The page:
Yue S., Rind F.C., Keil M.S., Cuadri-Carvajo J. and Stafford R. A Bio-inspired collision mechanism for cars: Optimisation of a model of a locust neuron to a novel environment. J Neurocomputing 69, 1591-1598 (2006).

Santer, R.D., Simmons, P. J. and Rind, F.C. Gliding behaviour elicited by lateral looming stimuli in flying locusts. J Comp Physiol A 191, 61-73. (2005).

Santer R.D., Yamawaki Y., Rind F.C. and Simmons P.J. Motor activity and trajectory control during escape jumping in the locust Locusta migratoria. J  Comp Physiol A 191, 965-975, 2005.

Rind F. C.  Collision avoidance and a looming sensitive neuron: Size matters but biggest is not necessarily best. Royal Society Biology Letters (2004)

Santer R.D. Stafford R. and Rind F. C. Retinally-generated saccadic suppression of a locust looming-detector neuron: investigations using a robot locust. Royal Society Interface (2004)




In my lab we have embedded the locust collision detection circuitry in the control system of a small Khepera robot (5cm in diameter) and found that the robot using the locust circuitry can then avoid collisions when moving around an arena with coloured Duplo bricks (Blanchard et al 2000).


The “eye” of the robot has a hemispheric lense that looks down around the robot with a 360 degree field of view. A small video camera looks upward capturing the images from the lense.  We can even mimic collision circuitry in the two eyes of the locust by dividing the robot’s field of view in two. We can combine the two neural systems in a way that produces the same escape trajectory as we have measured in the locust under the same conditions (Yue et al 2010).








































Links to other websites:


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Grant  LOCUST   "LOCUST: life-like object detection for collision avoidance using spatiotemporal image processing" EU IST 2001-38097



The business case for biomimicry- collision avoidance in cars inspired by the locust looming detectors bySaskia van den Muijsenberg <>

Locust jump

Locust flight

Hawkmoth vision





Research in the public eye:


Articles featuring my research have appeared in the New Scientist April, 2000; National Geographic News 2004; BBC Radio 4 Today Programme 2011; Science Magazine 2011; National Geographic Nov 2011.  I have communicated concepts to a television audience on BBC News24 2000; BBC 1 Future World 2001; Channel 4/Discovery channel Oxford Scientific Films, Bugs, in 2003; Discovery Channel (USA) Weird Connections 2008-9, which documents the connection between blue skies research and practical applications. In 2005 I was awarded an Ig Nobel prize for my research on locust collision detectors, in particular showing the locust STAR WARS. With a team of undergraduates I demonstrated that Tarantulas secrete silk-like strands from their feet when they slip: BBC News May 2011; Discovery Channel 2011 . I have explained robotics research to a young audience at the annual Science Festival for example in "I Robot" at the Holmes Lecture series for 11-15yr olds, at Newcastle University in 2009, and, at a Science Museum exhibition in London, 2010. This year I was involved in Science Week at Leeds University, and, with Peter Simmons, I took part in the Royal Institution Christmas lectures.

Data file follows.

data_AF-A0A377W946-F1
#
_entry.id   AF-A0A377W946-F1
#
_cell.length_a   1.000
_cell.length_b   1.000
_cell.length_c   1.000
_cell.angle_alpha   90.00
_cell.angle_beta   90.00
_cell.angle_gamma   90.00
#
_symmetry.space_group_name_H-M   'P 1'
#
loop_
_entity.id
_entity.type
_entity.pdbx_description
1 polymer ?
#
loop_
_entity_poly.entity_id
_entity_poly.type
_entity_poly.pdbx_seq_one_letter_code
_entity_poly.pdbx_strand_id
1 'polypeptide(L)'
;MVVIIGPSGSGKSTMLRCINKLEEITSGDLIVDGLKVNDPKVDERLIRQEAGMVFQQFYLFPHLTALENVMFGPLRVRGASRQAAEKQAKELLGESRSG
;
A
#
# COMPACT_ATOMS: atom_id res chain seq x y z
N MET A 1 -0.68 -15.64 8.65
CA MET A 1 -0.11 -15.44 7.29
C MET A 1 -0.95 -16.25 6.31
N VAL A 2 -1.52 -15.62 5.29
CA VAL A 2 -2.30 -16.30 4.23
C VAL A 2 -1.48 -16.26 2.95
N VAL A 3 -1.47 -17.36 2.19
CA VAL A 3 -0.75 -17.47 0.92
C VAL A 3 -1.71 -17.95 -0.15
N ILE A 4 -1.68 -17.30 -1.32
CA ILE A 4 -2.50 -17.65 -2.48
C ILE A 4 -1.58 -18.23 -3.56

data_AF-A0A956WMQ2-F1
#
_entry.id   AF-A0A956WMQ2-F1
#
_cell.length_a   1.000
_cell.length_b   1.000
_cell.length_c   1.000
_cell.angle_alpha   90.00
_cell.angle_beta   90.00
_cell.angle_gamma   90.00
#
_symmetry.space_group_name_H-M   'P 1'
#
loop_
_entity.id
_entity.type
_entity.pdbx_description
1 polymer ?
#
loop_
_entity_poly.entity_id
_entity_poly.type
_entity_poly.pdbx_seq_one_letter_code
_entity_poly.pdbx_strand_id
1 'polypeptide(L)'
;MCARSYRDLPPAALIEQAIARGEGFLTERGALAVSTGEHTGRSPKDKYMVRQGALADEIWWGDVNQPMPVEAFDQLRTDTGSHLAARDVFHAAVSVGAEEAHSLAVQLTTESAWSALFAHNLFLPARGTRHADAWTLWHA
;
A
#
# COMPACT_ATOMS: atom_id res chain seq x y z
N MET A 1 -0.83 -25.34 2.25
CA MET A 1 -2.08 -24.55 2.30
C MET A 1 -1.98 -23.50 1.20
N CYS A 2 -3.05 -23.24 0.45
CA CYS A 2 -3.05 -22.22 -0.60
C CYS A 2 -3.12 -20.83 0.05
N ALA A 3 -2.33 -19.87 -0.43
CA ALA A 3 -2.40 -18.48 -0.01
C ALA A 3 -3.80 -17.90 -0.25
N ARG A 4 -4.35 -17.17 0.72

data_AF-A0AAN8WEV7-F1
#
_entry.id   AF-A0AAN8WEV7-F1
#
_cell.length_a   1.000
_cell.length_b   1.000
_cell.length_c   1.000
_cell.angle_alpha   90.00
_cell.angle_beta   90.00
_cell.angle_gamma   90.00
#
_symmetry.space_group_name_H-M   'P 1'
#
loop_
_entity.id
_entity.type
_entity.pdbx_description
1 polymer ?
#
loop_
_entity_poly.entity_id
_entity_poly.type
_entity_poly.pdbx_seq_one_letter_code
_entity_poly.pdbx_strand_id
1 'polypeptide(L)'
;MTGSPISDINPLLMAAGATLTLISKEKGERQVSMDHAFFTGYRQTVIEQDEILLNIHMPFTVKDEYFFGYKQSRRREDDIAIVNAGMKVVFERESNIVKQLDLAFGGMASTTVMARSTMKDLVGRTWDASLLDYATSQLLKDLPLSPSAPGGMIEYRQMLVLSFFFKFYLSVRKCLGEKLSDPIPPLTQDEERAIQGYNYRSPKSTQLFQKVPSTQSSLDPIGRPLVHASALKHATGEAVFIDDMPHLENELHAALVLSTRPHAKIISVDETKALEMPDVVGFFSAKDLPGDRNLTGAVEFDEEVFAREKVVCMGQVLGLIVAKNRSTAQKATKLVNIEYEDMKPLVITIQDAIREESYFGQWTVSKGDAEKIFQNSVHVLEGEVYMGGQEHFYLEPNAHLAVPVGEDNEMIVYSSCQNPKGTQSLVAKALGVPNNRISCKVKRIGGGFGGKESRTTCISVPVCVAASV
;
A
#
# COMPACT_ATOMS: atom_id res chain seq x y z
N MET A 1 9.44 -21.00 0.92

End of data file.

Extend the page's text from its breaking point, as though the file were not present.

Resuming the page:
Present lab members and collaborators


Peter Simmons, Newcastle University


Rick Stafford,


Roger Santer, Aberystwyth University


Yoshifumi Yamawaki, Kyushu


Shigang Yue, Lincoln University


Gerd Leitinger, Medical University, Graz


Julieta Sztarker, University of Buenos Aires


Jeri Wright, Newcastle University


Martti Soininen, Volvo Car Corporation, Sweden


Angel Rodríguez-Vázquez, IMSE, Seville Prof. Ángel Rodríguez-Vázquez


Gustavo  Lińán-Cembrano, IMSE, Seville Gustavo  Lińán-Cembrano


 Tamas Roska, Hungrian Academy of Sciences, Computer and Automation Research Institute MTA SZTAKI, Budapest  Prof. Tamás Roska,


Ákos Zarándy, Hungrian Academy of Sciences, Computer and Automation Research Institute MTA SZTAKI, Budapest Dr. Ákos Zarándy